The importance of carers in support for people with Parkinson’s – Claire Ballinger and Ali Rowsell

Around one in 500 people has Parkinson’s, a condition affecting movement, and sometimes also causing pain, tiredness and low mood.  There is currently no cure; however drugs and rehabilitation therapies can help to relieve the symptoms.  Although not the same for everyone, Parkinson’s is progressive, and in the later stages, people often require additional help.

People with Parkinson’s sometimes experience falls, which can cause physical injury and concern, for both those with the condition and their carers.  We are working with Prof Ann Ashburn and Dr Helen Roberts to test a new form of physiotherapy involving targeted exercises and strategies to see if we can reduce the number of falls and injuries experienced by people with Parkinson’s. We have particular responsibility for the qualitative part of this project, which involves discussions (or ‘interviews’) with people with Parkinson’s just before they start our physiotherapy programme, and again six months later.  We are keen to find out what it is like on a daily basis to for both them and their families/carers to have Parkinson’s, and later, how they found the new physiotherapy programme, including those things which both helped and hindered them to complete it.

Social network mapping tool EUGENIE - 'circles tool'
Social network mapping tool EUGENIE – ‘circles tool’

We are using the ‘circles’ exercise to help us to understand the support and resources which people use to help them manage their daily lives.  Although too early to report back findings from our project, we are aware of the importance of partners and carers in the daily lives of many people with Parkinson’s.  Previous research, funded by Parkinson’s UK, has shown that, as well as helping people with Parkinson’s who have impulsive behaviours, talking-based therapy can also prove useful for their carers.  Assistive technology (devices and aids which can help in everyday life, such as grab rails and touchable lamps) can also make a difference to both the person and their carer. Through our own research, due to be completed in 2017, we hope to learn more about what works for people with Parkinson’s, and how carers can best support them. There are many sources of information available on the internet, including Parkinson’s UK, advice on NHS Choices, Carers Trust, Carers UK and Employers for Carers.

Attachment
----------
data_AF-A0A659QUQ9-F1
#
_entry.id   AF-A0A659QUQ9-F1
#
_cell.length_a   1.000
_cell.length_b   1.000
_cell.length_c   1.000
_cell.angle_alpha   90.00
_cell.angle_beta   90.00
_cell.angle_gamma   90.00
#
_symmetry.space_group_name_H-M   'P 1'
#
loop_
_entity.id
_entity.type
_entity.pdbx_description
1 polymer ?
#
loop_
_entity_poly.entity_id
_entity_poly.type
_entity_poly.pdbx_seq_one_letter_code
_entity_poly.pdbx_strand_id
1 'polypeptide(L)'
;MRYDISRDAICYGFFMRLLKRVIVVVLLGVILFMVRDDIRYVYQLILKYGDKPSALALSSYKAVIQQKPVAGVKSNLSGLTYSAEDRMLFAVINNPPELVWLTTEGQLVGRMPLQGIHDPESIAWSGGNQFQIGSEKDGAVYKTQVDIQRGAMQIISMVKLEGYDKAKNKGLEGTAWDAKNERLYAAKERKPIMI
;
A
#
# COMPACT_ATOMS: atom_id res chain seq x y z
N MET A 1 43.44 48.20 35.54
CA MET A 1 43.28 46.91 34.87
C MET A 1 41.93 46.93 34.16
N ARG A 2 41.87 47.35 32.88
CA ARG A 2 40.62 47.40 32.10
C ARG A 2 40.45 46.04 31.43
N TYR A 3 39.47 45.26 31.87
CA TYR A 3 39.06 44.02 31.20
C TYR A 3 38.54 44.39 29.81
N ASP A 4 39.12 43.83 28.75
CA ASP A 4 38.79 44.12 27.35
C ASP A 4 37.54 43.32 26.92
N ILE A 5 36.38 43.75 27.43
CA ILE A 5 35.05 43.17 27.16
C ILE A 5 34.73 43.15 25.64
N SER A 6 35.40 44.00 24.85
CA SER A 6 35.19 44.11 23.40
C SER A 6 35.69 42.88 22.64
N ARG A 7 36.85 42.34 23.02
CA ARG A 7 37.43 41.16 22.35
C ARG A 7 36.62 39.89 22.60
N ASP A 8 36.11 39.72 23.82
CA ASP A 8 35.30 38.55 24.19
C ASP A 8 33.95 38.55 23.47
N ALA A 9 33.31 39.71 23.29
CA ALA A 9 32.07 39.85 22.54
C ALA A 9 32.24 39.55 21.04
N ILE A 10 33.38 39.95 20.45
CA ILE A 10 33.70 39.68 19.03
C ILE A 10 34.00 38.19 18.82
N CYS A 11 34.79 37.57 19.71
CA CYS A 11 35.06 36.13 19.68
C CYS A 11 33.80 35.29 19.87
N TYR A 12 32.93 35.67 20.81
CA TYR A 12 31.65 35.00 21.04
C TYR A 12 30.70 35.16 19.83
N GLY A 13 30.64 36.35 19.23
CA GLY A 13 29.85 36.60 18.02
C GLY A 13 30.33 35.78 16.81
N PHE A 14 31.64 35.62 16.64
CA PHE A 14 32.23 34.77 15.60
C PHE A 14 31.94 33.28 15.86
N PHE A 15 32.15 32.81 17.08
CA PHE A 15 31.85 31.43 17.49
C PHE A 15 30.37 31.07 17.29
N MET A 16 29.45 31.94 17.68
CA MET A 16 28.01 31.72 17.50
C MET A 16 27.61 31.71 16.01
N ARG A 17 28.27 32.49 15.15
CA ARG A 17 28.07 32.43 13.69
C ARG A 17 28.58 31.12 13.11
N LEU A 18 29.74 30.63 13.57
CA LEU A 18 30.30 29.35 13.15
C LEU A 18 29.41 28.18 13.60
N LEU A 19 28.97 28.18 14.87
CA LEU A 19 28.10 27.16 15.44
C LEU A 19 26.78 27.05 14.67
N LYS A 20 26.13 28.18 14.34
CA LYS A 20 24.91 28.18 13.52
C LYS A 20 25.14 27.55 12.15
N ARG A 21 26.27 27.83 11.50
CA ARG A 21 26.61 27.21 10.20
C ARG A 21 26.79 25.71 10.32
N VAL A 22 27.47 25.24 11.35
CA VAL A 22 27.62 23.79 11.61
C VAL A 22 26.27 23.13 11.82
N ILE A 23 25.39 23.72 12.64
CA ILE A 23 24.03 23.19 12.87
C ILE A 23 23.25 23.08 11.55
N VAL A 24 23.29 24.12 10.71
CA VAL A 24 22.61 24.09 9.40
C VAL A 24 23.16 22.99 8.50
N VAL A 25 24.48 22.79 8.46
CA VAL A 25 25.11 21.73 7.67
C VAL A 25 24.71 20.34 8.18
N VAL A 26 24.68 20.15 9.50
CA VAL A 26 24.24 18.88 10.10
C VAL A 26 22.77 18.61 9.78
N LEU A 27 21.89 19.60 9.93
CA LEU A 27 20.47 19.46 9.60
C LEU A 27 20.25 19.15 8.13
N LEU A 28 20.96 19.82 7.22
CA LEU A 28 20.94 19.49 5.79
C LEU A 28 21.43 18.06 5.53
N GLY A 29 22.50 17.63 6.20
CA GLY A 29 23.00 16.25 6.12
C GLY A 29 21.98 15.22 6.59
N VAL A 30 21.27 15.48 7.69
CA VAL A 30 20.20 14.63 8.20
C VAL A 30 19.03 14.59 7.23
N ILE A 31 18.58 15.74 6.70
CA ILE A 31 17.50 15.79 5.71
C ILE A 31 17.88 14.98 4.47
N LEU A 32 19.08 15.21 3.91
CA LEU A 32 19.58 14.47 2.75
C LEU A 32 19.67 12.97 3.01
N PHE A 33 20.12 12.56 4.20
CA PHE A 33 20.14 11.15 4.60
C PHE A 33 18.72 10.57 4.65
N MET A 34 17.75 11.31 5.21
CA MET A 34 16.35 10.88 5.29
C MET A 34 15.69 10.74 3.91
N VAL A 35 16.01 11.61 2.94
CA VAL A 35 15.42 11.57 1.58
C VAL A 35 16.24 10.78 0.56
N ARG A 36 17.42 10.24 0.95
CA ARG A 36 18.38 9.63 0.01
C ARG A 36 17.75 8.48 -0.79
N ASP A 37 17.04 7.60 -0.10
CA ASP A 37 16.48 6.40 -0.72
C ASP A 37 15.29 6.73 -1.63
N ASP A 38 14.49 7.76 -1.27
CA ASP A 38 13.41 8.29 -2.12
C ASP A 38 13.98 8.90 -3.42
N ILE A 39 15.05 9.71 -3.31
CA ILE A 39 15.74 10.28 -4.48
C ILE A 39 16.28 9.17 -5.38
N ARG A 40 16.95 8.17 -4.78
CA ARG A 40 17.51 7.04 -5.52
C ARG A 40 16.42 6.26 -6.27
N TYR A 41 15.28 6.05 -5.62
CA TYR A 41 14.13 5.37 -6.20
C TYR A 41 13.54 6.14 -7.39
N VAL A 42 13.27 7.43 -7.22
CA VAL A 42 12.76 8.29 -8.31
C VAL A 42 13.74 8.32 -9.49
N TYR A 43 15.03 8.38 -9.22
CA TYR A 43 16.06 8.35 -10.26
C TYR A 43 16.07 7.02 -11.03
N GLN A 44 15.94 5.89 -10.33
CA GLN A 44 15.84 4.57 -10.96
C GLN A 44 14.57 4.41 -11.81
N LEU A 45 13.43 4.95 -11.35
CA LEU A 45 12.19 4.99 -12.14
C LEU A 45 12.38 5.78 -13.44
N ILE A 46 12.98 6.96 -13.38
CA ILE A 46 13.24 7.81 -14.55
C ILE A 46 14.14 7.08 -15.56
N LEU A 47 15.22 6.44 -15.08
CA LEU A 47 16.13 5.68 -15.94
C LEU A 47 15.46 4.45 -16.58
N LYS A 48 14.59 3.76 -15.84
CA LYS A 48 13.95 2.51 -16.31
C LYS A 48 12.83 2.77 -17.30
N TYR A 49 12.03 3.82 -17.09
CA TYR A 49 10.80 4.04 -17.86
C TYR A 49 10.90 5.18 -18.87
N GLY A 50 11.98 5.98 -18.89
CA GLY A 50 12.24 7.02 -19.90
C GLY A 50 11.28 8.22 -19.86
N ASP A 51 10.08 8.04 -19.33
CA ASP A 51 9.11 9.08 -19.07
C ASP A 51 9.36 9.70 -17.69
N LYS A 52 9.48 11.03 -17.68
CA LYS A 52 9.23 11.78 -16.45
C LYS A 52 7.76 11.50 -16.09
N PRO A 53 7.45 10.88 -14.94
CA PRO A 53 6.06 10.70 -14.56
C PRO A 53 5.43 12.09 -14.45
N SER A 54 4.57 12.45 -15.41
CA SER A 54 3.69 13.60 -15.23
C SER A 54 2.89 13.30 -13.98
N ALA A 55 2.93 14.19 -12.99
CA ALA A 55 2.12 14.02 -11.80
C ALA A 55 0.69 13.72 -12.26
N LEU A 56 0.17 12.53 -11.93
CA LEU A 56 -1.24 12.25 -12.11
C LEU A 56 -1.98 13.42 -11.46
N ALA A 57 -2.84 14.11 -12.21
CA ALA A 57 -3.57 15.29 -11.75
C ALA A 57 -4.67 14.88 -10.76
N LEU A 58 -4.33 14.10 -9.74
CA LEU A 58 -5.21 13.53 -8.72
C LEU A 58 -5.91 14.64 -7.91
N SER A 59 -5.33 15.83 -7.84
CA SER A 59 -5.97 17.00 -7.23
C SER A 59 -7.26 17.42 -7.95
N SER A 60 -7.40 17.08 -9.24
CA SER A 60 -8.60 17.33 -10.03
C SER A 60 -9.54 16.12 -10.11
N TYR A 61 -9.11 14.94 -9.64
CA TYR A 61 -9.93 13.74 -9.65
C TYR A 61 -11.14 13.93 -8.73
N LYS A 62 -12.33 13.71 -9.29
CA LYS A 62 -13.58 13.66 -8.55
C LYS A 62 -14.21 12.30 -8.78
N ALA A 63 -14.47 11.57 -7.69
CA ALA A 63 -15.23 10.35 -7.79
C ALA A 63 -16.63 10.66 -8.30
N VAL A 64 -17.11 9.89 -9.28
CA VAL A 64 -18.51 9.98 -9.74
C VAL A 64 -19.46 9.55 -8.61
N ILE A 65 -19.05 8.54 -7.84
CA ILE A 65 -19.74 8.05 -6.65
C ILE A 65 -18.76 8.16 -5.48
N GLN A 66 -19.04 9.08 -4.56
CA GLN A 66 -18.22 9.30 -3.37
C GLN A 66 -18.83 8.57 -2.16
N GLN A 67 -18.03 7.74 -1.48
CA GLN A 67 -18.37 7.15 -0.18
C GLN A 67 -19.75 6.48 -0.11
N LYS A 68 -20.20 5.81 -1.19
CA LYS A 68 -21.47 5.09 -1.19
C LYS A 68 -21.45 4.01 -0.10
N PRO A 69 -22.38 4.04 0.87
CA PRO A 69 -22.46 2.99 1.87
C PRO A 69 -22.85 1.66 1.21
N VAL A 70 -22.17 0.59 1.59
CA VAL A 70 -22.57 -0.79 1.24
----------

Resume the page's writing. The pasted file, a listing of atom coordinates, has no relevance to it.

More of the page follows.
As well as conducting research Claire is the CLAHRC Wessex lead for Patient and Public Involvement
As well as conducting research Claire is the CLAHRC Wessex lead for Patient and Public Involvement

Our project was funded through an application to the NIHR Health Technologies Assessment Programme and works with NIHR CLAHRC Wessex research projects.

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